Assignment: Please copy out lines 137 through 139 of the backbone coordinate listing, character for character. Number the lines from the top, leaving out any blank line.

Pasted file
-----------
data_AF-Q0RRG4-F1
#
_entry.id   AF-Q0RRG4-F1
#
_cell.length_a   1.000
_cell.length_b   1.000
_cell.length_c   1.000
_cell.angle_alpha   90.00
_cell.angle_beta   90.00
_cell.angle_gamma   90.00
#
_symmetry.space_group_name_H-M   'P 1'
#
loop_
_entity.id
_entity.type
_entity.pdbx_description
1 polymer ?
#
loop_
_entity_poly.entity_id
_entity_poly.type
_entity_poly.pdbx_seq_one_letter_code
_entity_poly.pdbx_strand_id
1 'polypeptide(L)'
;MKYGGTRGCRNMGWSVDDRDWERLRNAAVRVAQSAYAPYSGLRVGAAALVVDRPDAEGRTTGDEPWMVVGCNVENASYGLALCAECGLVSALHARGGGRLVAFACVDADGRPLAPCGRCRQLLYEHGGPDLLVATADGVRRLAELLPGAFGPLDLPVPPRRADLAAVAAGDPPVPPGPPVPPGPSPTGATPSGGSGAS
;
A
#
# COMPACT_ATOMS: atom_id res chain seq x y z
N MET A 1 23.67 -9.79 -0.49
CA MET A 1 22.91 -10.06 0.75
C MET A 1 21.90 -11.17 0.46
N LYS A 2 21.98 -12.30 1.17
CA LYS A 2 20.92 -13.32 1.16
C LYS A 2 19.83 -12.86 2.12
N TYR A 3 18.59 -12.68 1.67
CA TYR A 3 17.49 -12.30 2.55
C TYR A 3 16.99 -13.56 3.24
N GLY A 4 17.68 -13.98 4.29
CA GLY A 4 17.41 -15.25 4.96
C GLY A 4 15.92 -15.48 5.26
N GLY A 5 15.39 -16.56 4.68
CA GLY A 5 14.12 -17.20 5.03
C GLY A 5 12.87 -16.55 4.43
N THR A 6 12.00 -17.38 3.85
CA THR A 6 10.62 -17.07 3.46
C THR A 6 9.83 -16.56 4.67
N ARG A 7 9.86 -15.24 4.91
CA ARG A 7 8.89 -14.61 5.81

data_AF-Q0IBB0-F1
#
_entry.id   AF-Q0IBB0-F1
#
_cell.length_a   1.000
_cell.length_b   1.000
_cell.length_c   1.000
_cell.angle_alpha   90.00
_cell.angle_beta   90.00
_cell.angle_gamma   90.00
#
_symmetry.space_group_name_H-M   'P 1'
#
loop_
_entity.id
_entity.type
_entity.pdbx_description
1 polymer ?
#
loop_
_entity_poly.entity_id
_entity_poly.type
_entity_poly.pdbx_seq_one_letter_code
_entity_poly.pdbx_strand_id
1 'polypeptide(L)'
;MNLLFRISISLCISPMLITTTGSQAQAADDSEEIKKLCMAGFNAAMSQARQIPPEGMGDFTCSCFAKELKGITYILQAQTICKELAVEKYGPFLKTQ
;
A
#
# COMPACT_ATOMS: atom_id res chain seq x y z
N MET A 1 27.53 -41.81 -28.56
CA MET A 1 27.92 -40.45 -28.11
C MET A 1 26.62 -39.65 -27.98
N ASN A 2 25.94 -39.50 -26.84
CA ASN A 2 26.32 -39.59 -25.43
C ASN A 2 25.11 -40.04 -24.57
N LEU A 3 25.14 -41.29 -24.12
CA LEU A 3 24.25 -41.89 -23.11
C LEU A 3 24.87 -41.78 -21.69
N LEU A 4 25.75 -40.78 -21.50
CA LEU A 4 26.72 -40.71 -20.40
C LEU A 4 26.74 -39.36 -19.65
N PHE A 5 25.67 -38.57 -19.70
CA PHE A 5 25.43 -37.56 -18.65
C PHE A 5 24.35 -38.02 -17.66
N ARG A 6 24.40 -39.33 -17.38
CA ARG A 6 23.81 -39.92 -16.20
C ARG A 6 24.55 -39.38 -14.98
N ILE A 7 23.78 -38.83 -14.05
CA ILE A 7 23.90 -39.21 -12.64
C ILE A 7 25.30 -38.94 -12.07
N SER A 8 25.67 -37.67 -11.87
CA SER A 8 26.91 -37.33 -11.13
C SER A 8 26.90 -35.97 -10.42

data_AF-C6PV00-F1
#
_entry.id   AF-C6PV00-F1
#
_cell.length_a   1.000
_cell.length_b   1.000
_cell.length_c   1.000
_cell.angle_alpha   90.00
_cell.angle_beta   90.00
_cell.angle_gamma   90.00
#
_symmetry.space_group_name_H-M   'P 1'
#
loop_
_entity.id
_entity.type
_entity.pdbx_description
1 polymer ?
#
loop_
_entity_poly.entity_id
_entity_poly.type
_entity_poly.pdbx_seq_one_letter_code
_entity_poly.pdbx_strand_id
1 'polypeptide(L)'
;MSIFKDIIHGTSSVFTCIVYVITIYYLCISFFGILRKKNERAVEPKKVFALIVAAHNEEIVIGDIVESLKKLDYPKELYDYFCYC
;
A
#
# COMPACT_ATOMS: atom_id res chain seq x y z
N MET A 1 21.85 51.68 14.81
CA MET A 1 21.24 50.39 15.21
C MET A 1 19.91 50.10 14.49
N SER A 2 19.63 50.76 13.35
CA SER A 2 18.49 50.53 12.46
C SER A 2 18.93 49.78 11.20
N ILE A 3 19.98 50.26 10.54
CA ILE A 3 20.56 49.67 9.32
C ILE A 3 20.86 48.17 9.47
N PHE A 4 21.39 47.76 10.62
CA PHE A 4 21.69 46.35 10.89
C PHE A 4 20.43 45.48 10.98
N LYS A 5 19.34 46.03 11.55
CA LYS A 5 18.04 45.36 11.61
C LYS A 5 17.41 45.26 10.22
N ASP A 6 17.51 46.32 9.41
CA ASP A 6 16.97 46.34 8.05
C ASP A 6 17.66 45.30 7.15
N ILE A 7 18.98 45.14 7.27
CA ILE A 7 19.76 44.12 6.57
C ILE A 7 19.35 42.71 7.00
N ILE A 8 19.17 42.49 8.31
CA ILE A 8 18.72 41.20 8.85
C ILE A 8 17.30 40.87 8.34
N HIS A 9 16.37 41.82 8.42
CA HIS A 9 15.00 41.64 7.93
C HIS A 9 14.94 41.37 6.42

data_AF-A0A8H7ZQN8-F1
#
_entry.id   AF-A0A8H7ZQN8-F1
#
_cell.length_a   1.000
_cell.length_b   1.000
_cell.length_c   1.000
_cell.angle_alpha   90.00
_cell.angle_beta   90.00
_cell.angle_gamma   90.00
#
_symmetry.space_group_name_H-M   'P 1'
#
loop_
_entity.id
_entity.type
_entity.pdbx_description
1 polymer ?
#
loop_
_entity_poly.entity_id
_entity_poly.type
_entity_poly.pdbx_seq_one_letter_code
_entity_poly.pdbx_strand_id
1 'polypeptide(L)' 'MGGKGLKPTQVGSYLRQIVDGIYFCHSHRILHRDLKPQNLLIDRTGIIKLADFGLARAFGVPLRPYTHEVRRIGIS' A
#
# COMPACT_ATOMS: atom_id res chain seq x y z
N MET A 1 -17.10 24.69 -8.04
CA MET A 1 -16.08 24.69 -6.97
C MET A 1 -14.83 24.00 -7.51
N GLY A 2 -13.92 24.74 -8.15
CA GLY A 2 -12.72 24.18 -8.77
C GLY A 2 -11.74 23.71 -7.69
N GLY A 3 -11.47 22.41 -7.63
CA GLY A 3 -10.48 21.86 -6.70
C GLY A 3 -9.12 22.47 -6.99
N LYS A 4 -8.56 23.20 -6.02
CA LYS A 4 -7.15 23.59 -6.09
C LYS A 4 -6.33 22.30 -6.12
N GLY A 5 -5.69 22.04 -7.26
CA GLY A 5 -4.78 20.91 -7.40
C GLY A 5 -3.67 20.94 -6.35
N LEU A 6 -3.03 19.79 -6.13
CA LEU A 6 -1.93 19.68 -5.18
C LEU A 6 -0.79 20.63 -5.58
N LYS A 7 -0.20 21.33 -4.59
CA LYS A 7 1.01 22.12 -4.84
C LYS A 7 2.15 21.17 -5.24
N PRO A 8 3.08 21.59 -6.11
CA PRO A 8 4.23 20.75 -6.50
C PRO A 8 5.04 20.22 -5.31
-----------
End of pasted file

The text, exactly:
C MET A 1 19.91 50.10 14.49
N SER A 2 19.63 50.76 13.35
CA SER A 2 18.49 50.53 12.46